Once the shrink is complete, you can move forward with the backup. Winclone will make an image of your Boot Camp partition so it’ll be easy to restore later. Make sure the drive is selected ant that the Save Image icon has the check, then click Save Image. You’ll get a warning that asks you about CHKDSK, as long as you ran it, click Save to continue.
A save dialog will appear. Give your backup a meaningful name, ideally containing the date you’re doing the backup and a computer name if you’re saving multiple machines. Select the drive you want to save it to and make sure the drive has enough storage available for the backup (mine is 55GB, so it’s a doozie) then click Save. The finished file will be less than this total size, but it’s best to make sure you have more than this available. If you have questions about file size check out the Winclone help document here that explains what all the numbers mean.
Note: I plan on keeping my backup on my TimeMachine drive but to do this, I’ll need to save it to another drive first, since Time Machine drives don’t like you saving to them automatically. For this example, I’m saving the backup to my desktop. Make sure you have enough space before doing this.
The process of saving the image will take even more time than the shrinking, so just let Winclone sit there and do its thing. If you can usually see your Boot Camp partition as a drive on your desktop, you’ll notice that it disappears while the process is happening. This is because Winclone un-mounts the drive to back it up. Another thing you should notice is a Winclone icon that appeared on your desktop. That’s the archive building itself.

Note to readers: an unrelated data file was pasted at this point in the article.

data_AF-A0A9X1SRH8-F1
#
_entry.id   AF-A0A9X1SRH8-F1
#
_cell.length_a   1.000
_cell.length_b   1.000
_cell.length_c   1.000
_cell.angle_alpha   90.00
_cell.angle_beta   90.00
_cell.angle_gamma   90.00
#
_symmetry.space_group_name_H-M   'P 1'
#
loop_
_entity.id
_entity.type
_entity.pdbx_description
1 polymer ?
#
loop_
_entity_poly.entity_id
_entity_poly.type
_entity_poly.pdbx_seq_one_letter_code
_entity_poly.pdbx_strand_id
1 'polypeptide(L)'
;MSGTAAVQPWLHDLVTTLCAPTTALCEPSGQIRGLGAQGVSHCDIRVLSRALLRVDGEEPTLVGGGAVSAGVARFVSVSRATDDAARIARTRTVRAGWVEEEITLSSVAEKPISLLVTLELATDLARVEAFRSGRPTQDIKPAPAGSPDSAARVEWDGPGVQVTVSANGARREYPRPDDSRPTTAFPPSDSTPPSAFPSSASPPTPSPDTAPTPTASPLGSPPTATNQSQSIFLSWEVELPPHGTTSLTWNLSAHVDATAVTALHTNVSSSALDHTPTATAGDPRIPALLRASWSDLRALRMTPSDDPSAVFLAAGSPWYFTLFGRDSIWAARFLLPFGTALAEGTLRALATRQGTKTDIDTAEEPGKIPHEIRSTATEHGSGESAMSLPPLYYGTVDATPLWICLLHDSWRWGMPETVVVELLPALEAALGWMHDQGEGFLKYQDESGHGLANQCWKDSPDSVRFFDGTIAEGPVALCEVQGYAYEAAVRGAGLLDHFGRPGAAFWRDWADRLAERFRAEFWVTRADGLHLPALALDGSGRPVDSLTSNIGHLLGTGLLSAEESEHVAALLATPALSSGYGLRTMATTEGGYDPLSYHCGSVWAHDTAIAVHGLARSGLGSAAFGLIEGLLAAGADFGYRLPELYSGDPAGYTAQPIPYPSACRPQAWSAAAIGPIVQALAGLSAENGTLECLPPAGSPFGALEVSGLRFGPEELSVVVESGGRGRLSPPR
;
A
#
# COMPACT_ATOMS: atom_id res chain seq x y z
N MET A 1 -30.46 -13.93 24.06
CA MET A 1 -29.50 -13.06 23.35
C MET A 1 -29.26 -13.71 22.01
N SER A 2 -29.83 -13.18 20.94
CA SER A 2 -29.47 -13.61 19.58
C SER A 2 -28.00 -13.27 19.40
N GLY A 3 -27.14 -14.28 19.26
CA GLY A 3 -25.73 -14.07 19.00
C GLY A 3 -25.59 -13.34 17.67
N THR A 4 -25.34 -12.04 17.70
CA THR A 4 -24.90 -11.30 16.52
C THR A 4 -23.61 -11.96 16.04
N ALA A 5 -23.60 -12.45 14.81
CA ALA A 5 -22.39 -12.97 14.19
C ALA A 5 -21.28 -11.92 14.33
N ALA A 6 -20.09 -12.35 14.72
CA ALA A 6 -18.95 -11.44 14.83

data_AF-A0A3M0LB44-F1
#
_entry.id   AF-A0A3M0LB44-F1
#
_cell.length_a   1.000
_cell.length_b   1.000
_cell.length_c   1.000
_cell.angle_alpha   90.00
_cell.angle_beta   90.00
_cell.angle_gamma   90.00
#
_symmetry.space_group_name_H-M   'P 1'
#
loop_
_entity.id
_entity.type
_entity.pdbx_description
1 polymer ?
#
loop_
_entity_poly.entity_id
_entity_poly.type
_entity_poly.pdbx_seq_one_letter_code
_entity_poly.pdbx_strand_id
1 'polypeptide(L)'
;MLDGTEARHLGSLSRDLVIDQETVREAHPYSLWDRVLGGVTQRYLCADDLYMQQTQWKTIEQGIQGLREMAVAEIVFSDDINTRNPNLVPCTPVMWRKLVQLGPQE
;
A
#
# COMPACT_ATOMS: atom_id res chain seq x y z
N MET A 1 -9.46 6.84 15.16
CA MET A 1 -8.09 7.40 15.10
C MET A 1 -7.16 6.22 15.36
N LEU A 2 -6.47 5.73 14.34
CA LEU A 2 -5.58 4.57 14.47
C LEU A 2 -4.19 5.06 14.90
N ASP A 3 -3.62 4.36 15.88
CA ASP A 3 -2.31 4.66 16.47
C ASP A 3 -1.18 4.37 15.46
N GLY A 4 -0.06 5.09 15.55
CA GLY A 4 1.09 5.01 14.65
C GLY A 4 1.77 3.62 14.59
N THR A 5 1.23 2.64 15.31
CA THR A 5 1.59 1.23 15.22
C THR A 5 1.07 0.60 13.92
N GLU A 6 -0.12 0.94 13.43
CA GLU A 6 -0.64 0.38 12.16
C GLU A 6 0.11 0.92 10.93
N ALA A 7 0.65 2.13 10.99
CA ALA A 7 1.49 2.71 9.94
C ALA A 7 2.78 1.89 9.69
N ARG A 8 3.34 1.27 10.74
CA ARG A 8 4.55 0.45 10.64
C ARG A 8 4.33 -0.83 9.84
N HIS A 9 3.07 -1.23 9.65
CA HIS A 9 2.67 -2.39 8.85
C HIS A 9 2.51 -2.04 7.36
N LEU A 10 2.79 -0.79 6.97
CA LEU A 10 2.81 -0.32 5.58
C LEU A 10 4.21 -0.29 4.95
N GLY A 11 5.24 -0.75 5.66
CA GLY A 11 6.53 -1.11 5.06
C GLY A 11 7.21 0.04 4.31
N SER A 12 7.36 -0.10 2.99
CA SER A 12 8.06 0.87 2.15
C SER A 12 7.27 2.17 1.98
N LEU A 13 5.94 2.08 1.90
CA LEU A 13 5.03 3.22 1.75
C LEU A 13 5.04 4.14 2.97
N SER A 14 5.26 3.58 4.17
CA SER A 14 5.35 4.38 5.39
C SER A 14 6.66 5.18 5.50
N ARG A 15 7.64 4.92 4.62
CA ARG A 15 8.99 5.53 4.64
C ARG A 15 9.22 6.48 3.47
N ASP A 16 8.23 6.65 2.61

Go grab another coffee and some cookies. You have the time.
Once the backup (finally) finishes, you’ll be left with a Winclone image of your drive. You should now see the new Winclone image in the Sources column. Before you do anything else, move the completed archive file to the drive you’re saving it on. For this example, we’ll be storing the backup in a folder on the Time Machine drive.
If you’re storing the file on your Time Machine drive too, you’ll need to authenticate with OS X to transfer the file. Drag the Winclone file to your Time Machine drive in Finder and click Authenticate in the window that appears, then enter your admin credentials (and yes, my Time Machine drive is named TARDIS).
Once the file has been moved to the external drive, it’s ready to be restored.
Important: You must expand the Boot Camp drive before trying to log into Windows again, so it’s a good idea to do that now. To re-expand Boot Camp, click on the BOOTCAMP drive in the Sources column in Winclone, click the gear icon in the bottom corner, then click Expand Windows (NTFS) Filesystem. This will put your Boot Camp partition back to normal and allow you to use Windows again.